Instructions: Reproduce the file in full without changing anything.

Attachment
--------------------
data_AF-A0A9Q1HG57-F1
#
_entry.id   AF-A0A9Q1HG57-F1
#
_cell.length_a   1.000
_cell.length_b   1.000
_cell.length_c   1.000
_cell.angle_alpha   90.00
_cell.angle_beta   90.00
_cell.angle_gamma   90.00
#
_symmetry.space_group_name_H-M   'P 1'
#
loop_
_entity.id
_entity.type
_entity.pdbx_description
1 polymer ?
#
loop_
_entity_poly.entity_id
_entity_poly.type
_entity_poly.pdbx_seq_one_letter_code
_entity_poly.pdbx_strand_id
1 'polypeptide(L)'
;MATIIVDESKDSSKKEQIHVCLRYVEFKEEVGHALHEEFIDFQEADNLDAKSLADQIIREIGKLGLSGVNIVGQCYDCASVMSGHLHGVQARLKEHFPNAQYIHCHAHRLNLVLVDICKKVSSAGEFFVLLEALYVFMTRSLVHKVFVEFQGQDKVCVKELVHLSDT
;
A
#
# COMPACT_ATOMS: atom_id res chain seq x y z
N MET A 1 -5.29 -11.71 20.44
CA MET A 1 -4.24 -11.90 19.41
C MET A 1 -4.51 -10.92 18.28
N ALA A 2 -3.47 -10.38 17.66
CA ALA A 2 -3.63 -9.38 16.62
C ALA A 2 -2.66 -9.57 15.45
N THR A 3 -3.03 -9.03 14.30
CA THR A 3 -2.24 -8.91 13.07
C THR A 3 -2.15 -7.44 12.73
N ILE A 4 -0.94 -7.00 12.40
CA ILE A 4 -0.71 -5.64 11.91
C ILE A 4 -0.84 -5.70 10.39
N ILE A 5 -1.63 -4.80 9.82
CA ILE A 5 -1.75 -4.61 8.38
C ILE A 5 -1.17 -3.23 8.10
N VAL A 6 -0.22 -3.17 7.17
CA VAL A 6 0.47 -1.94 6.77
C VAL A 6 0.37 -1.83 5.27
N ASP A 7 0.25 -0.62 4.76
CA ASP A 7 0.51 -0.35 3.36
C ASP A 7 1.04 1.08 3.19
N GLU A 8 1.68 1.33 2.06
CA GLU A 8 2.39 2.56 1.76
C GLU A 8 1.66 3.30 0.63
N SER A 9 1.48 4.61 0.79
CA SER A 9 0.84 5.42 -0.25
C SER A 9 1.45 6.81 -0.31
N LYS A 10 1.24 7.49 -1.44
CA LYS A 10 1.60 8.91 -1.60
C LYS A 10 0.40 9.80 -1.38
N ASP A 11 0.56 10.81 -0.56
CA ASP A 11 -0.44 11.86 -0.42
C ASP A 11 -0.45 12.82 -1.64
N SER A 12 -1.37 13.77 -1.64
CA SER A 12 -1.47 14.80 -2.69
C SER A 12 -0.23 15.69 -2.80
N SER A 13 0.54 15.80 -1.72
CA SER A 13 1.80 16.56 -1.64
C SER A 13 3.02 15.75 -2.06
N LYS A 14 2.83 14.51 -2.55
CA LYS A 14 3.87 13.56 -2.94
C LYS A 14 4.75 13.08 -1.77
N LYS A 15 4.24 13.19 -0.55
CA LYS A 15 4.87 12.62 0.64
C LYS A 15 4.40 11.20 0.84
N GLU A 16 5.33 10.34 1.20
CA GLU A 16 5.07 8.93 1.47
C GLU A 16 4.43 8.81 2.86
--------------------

data_AF-A0A9Q1HG57-F1
#
_entry.id   AF-A0A9Q1HG57-F1
#
_cell.length_a   1.000
_cell.length_b   1.000
_cell.length_c   1.000
_cell.angle_alpha   90.00
_cell.angle_beta   90.00
_cell.angle_gamma   90.00
#
_symmetry.space_group_name_H-M   'P 1'
#
loop_
_entity.id
_entity.type
_entity.pdbx_description
1 polymer ?
#
loop_
_entity_poly.entity_id
_entity_poly.type
_entity_poly.pdbx_seq_one_letter_code
_entity_poly.pdbx_strand_id
1 'polypeptide(L)'
;MATIIVDESKDSSKKEQIHVCLRYVEFKEEVGHALHEEFIDFQEADNLDAKSLADQIIREIGKLGLSGVNIVGQCYDCASVMSGHLHGVQARLKEHFPNAQYIHCHAHRLNLVLVDICKKVSSAGEFFVLLEALYVFMTRSLVHKVFVEFQGQDKVCVKELVHLSDT
;
A
#
# COMPACT_ATOMS: atom_id res chain seq x y z
N MET A 1 -5.29 -11.71 20.44
CA MET A 1 -4.24 -11.90 19.41
C MET A 1 -4.51 -10.92 18.28
N ALA A 2 -3.47 -10.38 17.66
CA ALA A 2 -3.63 -9.38 16.62
C ALA A 2 -2.66 -9.57 15.45
N THR A 3 -3.03 -9.03 14.30
CA THR A 3 -2.24 -8.91 13.07
C THR A 3 -2.15 -7.44 12.73
N ILE A 4 -0.94 -7.00 12.40
CA ILE A 4 -0.71 -5.64 11.91
C ILE A 4 -0.84 -5.70 10.39
N ILE A 5 -1.63 -4.80 9.82
CA ILE A 5 -1.75 -4.61 8.38
C ILE A 5 -1.17 -3.23 8.10
N VAL A 6 -0.22 -3.17 7.17
CA VAL A 6 0.47 -1.94 6.77
C VAL A 6 0.37 -1.83 5.27
N ASP A 7 0.25 -0.62 4.76
CA ASP A 7 0.51 -0.35 3.36
C ASP A 7 1.04 1.08 3.19
N GLU A 8 1.68 1.33 2.06
CA GLU A 8 2.39 2.56 1.76
C GLU A 8 1.66 3.30 0.63
N SER A 9 1.48 4.61 0.79
CA SER A 9 0.84 5.42 -0.25
C SER A 9 1.45 6.81 -0.31
N LYS A 10 1.24 7.49 -1.44
CA LYS A 10 1.60 8.91 -1.60
C LYS A 10 0.40 9.80 -1.38
N ASP A 11 0.56 10.81 -0.56
CA ASP A 11 -0.44 11.86 -0.42
C ASP A 11 -0.45 12.82 -1.64
N SER A 12 -1.37 13.77 -1.64
CA SER A 12 -1.47 14.80 -2.69
C SER A 12 -0.23 15.69 -2.80
N SER A 13 0.54 15.80 -1.72
CA SER A 13 1.80 16.56 -1.64
C SER A 13 3.02 15.75 -2.06
N LYS A 14 2.83 14.51 -2.55
CA LYS A 14 3.87 13.56 -2.94
C LYS A 14 4.75 13.08 -1.77
N LYS A 15 4.24 13.19 -0.55
CA LYS A 15 4.87 12.62 0.64
C LYS A 15 4.40 11.20 0.84
N GLU A 16 5.33 10.34 1.20
CA GLU A 16 5.07 8.93 1.47
C GLU A 16 4.43 8.81 2.86